Well, in short, I wasn’t really sure what I was rating. Was I rating as if I were a serious movie critic, rating the artistic merit of a film? Was I just letting you all know how much I enjoyed what I had watched? Or was I assessing it’s merits as a product, like grading the handling of a car or durability of a mop? Taking the ratings off seemed the simplest option to me, as then my words would, hopefully, get across what I wanted to say about the film, without reducing it down to a number.

The problem, I discovered, is people like numbers. “Yes, but what would you give it out of five?” came the comments on Facebook. People didn’t really seem to care what the five represented, they just wanted a number that could help them decide whether it was a film or TV show that was worth giving up their money and time for.

So, to satisfy the needs of people who just want to know whether to go and see a film or not, and to make me feel better about attaching an arbitrary grade to something, I have decided to do the following: give it a  grade out of ten. Yes, it’s reductive and annoying for anyone who had put their all into a creative piece, but it’s easy for readers.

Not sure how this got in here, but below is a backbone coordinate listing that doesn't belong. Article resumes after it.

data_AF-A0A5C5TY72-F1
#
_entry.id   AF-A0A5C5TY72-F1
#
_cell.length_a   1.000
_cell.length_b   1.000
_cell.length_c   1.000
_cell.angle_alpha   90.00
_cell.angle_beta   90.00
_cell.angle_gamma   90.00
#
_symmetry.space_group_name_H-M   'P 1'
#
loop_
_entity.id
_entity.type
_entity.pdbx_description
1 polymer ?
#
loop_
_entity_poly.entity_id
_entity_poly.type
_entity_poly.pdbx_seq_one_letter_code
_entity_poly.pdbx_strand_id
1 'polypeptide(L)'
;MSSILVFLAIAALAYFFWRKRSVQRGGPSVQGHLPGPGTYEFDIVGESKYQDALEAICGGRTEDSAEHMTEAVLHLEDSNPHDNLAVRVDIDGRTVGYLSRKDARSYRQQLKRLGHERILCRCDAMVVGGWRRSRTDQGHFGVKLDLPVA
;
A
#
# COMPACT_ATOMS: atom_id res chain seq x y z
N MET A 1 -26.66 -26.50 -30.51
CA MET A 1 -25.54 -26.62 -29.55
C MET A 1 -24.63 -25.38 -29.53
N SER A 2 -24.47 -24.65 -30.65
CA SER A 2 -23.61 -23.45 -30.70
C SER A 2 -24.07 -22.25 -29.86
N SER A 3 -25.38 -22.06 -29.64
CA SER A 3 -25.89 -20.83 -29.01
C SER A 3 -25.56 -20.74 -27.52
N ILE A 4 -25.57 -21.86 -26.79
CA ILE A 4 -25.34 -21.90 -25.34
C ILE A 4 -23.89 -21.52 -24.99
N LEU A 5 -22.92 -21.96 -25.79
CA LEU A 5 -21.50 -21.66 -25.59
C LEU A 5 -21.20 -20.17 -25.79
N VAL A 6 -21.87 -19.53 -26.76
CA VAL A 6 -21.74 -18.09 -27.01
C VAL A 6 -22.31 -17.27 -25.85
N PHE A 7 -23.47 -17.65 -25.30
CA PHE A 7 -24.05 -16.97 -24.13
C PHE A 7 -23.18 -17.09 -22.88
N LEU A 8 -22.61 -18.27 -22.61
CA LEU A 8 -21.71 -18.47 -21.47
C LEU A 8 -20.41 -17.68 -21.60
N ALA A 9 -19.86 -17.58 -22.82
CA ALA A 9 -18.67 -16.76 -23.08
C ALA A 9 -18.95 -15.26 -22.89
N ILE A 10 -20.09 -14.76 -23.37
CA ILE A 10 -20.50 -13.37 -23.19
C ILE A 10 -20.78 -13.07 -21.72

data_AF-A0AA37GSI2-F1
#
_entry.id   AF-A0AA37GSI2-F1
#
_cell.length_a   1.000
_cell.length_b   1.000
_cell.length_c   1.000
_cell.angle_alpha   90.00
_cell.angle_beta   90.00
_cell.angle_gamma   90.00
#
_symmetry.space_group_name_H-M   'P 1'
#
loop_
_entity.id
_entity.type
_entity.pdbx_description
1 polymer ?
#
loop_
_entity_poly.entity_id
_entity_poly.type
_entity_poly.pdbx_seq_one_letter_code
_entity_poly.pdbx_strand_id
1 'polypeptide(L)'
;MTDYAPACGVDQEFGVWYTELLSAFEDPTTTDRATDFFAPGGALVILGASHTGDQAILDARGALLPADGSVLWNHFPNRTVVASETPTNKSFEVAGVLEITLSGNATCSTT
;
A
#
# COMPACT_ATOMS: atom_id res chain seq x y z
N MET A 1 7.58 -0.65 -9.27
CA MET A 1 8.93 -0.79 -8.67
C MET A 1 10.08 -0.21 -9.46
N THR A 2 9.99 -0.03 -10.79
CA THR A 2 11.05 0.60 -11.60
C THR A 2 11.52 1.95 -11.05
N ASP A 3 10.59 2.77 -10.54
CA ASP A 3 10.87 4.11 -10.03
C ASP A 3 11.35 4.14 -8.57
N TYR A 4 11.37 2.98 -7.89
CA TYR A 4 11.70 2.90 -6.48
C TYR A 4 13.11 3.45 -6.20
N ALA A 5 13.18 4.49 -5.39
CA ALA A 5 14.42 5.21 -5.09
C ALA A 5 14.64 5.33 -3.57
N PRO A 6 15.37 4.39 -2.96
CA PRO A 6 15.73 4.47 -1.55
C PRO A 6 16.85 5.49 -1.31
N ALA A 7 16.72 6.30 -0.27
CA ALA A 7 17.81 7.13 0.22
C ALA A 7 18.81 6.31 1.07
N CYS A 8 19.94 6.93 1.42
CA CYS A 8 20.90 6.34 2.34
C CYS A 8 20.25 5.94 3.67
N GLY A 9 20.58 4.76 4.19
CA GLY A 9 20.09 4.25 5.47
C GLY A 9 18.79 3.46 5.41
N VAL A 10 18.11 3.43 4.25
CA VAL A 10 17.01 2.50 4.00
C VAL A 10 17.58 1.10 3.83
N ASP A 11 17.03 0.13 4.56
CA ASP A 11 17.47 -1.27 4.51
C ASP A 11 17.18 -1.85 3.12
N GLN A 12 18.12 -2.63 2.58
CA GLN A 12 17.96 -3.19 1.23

Grades will broadly mean the following:

10- Practically perfect in every way, see it immediately

9- One extra shy of perfect

8- Solid and worthy of a trip to a real cinema

7- Entertaining, but wait for the blu-ray

6- Lacklustre, but has it’s moments so catch it on demand.

5- Wait until it’s on TV

4- Their mums probably still loved it

3- Their mums might still love them

2- Avoid like the plague

1- The plague was probably more pleasurable

I won’t be awarding zero as a score as ultimately someone, somewhere will have put their heart and soul into whatever is on the screen, even if it does turn out to be as awful as Only God Forgives.

I can then look at re-ordering my archived pages so I can group films by rating, making it easier for searching for something fun to watch.

Do let me know what you think of my new system, or indeed grading films in general.

Abbie